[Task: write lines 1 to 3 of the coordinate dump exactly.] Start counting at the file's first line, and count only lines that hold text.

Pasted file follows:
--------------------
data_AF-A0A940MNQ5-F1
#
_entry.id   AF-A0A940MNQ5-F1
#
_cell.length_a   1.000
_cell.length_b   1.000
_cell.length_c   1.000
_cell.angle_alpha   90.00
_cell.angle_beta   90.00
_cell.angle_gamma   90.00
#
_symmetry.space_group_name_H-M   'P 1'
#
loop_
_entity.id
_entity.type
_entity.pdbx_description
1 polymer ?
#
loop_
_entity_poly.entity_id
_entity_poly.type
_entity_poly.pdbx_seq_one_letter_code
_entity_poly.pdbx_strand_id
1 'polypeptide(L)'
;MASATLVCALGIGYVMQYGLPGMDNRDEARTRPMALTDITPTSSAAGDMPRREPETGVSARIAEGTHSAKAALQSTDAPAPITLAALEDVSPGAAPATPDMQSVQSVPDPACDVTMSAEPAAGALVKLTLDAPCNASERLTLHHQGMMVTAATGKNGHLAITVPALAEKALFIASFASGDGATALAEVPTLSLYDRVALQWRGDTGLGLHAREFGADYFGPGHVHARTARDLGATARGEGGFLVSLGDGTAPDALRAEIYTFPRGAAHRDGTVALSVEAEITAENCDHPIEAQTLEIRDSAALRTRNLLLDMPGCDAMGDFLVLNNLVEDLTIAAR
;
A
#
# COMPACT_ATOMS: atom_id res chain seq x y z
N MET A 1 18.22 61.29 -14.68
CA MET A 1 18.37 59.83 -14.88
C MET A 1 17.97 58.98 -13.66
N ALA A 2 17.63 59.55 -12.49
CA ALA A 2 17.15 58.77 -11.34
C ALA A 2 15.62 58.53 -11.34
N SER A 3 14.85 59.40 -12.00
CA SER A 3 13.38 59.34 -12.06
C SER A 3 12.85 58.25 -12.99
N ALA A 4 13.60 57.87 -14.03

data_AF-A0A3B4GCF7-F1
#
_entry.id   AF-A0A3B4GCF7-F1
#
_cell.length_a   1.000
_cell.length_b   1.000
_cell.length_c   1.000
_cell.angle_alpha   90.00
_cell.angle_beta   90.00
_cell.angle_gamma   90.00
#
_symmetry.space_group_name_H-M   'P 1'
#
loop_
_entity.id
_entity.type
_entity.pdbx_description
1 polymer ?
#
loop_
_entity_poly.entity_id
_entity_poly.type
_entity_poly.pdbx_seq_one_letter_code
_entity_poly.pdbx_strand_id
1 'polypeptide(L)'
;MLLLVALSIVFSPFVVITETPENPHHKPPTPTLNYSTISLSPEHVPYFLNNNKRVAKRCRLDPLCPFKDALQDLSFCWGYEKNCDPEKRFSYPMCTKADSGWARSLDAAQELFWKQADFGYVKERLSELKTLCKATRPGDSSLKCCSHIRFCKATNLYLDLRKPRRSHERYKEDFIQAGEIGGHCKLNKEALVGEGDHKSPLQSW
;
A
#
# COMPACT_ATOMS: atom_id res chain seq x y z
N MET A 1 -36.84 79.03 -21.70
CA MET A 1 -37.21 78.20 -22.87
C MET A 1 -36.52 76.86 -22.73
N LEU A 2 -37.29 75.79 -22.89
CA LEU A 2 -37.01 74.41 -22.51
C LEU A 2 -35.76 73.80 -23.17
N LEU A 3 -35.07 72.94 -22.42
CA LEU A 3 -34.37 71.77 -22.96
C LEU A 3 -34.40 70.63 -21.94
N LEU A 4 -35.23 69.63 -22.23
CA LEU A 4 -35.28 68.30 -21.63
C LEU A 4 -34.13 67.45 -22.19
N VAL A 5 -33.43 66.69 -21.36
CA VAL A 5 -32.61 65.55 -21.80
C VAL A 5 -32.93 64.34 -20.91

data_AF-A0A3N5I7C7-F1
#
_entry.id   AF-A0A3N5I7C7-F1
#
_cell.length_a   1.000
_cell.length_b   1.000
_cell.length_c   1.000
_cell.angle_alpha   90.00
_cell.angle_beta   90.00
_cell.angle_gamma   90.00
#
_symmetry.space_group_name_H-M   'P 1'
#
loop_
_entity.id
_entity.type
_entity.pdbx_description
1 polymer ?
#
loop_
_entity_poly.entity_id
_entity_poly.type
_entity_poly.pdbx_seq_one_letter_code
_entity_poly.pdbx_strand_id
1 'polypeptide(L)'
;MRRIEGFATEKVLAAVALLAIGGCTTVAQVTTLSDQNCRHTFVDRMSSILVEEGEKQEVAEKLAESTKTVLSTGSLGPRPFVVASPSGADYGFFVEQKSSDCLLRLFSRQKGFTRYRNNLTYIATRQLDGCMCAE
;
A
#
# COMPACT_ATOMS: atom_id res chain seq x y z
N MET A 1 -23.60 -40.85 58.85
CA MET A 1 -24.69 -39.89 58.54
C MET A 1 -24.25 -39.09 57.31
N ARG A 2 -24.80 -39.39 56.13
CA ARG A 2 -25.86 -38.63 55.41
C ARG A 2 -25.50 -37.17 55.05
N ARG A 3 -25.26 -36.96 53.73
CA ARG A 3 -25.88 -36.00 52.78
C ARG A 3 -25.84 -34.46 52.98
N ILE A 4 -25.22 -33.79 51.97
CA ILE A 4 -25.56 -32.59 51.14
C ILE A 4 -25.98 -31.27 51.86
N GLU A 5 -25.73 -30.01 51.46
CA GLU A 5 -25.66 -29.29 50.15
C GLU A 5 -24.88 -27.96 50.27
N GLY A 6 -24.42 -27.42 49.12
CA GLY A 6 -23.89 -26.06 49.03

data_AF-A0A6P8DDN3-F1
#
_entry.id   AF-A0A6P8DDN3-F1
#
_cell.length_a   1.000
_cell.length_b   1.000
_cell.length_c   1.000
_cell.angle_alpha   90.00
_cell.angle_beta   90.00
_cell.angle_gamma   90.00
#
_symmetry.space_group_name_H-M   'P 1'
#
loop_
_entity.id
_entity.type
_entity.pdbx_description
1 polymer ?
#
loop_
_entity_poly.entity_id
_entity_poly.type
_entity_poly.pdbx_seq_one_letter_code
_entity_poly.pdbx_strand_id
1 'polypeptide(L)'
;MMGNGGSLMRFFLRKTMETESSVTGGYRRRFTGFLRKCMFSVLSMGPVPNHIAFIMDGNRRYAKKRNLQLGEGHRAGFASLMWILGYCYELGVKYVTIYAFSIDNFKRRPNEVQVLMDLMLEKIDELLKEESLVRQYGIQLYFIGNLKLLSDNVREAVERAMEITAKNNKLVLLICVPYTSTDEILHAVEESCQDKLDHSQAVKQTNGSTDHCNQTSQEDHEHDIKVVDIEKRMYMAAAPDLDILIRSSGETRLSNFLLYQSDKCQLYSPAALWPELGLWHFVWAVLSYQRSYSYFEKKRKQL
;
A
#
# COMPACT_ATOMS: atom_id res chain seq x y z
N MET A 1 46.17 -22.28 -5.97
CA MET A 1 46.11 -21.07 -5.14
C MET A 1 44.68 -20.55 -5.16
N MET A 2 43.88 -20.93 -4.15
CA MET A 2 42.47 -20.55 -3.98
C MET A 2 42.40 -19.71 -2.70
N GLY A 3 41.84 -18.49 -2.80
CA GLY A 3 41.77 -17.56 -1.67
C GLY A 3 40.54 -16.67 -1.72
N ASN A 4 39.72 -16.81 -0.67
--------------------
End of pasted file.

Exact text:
data_AF-A0A940MNQ5-F1
#
_entry.id   AF-A0A940MNQ5-F1